...From my experience and that of nearly every community that has had to deal with right-wing extremism, the notion that paying attention to it -- covering both the leaders and the followers in the press, responding to them publicly -- only publicizes their kookery is a gross mistake. Remaining silent and refusing to stand up to them is not an adequate response. They mistake the silence for complicity, for tacit approval.

This is equally true of the shape-shifting "transmitters" who take extremist memes and inject them into the national discourse, often under the guise of providing "fiery" rhetoric. When the public starts calling them on the sources of their ideas, and exposing them for the coddlers of hate-mongers, extremists and terrorists that they are, then they inevitably scurry back and hide under the rocks whence they crawled out. This is already starting to happen with Michael Savage; it needs to begin happening with Ann Coulter, Rush Limbaugh, Pat Buchanan and the rest.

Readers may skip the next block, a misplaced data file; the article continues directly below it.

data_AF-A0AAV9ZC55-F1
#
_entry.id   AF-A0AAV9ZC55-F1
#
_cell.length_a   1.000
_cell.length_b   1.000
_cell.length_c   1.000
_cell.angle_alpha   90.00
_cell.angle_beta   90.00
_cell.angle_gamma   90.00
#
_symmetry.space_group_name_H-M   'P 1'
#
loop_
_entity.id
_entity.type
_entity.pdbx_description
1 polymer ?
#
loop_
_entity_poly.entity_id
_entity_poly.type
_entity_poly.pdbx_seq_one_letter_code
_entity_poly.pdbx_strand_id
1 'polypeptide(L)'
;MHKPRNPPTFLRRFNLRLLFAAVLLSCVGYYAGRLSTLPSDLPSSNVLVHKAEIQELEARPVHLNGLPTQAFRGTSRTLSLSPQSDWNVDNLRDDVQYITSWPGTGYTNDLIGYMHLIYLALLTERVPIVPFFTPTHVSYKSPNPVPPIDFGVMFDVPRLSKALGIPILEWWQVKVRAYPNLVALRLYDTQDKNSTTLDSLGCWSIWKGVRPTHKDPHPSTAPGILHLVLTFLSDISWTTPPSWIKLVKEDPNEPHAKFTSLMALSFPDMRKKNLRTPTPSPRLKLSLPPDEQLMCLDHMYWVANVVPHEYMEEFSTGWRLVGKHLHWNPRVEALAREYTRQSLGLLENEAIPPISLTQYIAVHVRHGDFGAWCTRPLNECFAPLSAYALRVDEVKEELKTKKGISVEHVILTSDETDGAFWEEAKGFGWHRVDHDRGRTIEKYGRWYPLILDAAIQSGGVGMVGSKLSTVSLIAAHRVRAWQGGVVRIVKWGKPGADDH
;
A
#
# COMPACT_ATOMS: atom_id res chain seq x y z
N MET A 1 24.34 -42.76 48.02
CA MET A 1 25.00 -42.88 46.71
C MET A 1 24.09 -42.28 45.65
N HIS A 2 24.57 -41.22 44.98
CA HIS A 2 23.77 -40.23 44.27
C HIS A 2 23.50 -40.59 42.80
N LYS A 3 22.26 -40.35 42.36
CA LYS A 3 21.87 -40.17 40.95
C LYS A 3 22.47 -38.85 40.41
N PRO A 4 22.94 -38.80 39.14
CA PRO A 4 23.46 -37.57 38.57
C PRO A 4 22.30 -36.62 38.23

Like all bullies, they prove cowards in a real fight. It's time for the rest of America to start fighting.

p.s. Altmouse may be a lightweight in the greater scheme of things, but she damn well is a bully by my lights.

and, of course she/they start whining about how persecuted THEY are, as soon as anyone so much as looks at 'em crosseyed, as per that last hilarious demonstration (for example), because that is ALSO what bullies do:

When called to account for the way they have chosen to behave, the bully instinctively exhibits this recognisable behavioural response: